(b. Enfield, 29 Mar. 1931)
British; Secretary of State for Employment 1981–3, Trade and Industry 1983–5, chairman of the Conservative Party and Chancellor of the Duchy of Lancaster 1985–7; Baron (life peer) 1992 Norman Tebbit came from a working-class background and was employed as an airline pilot (and trade union official) before he became an MP. He expressed direct, even abrasive, right-wing views on immigration, Europe, capital punishment, and welfare shirkers. He articulated populist authoritarian attitudes. For much of his political career he was very close to Mrs Thatcher.
He was first elected MP for Epping in 1970 and then Chingford from 1974 until his retirement in 1992. He seemed to represent what the media called the ‘Essex Man’. Critics of his politics called him the ‘Chingford skinhead’.
Mrs Thatcher made him Secretary of State for Employment in 1981. His predecessor Jim Prior had favoured an incremental approach to the question of trade union reform and sought to carry the trade unions with him. Mrs Thatcher—and Tebbit—favoured a tougher approach. He was responsible for the 1982 Trade Union Act which further weakened the closed shop and made trade unions liable for damages arising from unlawful industrial action. In 1983 he became Secretary of State for Trade and Industry and further reduced subsidies to ailing industries.
Tebbit nearly lost his life when an IRA bomb blew up the Brighton Grand Hotel in which many Conservative ministers and delegates were staying during the 1984 party conference. His wife was permanently paralysed. In 1985 he became party chairman. Relations with Mrs Thatcher became uneasy; he was regarded as a possible successor and at times she seems to have thought that he had designs on her job.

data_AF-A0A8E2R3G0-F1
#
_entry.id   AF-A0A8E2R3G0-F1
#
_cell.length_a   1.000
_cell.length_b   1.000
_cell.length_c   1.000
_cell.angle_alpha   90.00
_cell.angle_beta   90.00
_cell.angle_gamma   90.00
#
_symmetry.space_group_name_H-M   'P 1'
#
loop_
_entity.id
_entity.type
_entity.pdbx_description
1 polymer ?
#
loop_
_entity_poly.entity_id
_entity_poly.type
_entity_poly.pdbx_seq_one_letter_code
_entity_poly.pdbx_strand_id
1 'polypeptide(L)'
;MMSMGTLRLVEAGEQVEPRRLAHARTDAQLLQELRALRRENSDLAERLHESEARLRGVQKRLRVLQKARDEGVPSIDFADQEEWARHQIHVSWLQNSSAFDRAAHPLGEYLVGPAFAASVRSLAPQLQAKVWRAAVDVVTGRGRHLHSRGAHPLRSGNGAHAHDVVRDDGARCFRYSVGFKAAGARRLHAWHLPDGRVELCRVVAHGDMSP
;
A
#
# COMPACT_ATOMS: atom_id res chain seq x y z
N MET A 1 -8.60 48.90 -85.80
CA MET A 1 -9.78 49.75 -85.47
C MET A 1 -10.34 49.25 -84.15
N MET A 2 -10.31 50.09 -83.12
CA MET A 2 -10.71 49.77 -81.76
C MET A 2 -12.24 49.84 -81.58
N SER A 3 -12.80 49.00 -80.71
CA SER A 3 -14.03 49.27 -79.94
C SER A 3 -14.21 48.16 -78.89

After helping to organize the Conservative election victory in 1987 he retired from government. He needed to make money, in part to care for his sick wife. Mrs Thatcher tried and failed to tempt him back to office, at one point offering him Education. Tebbit was a doughty supporter when she faced a leadership challenge in 1990. When she stood down, he subsequently campaigned for John Major. He stood down from the Commons in 1992, moving to the House of Lords where he joined with Mrs Thatcher in opposing the ratification of the Maastricht Treaty, describing the treaty as treason. Over time, Tebbit became more critical of John Major and claimed that he had not stood for the leadership in 1990 because he had thought that Major represented right-wing values. He remained an active member of the House of Lords and the most stalwart defender of Thatcherism, criticizing some of the centrist policy developments within the party under David Cameron.
Tebbit wrote a well-regarded memoir, Upwardly Mobile, and became a political commentator.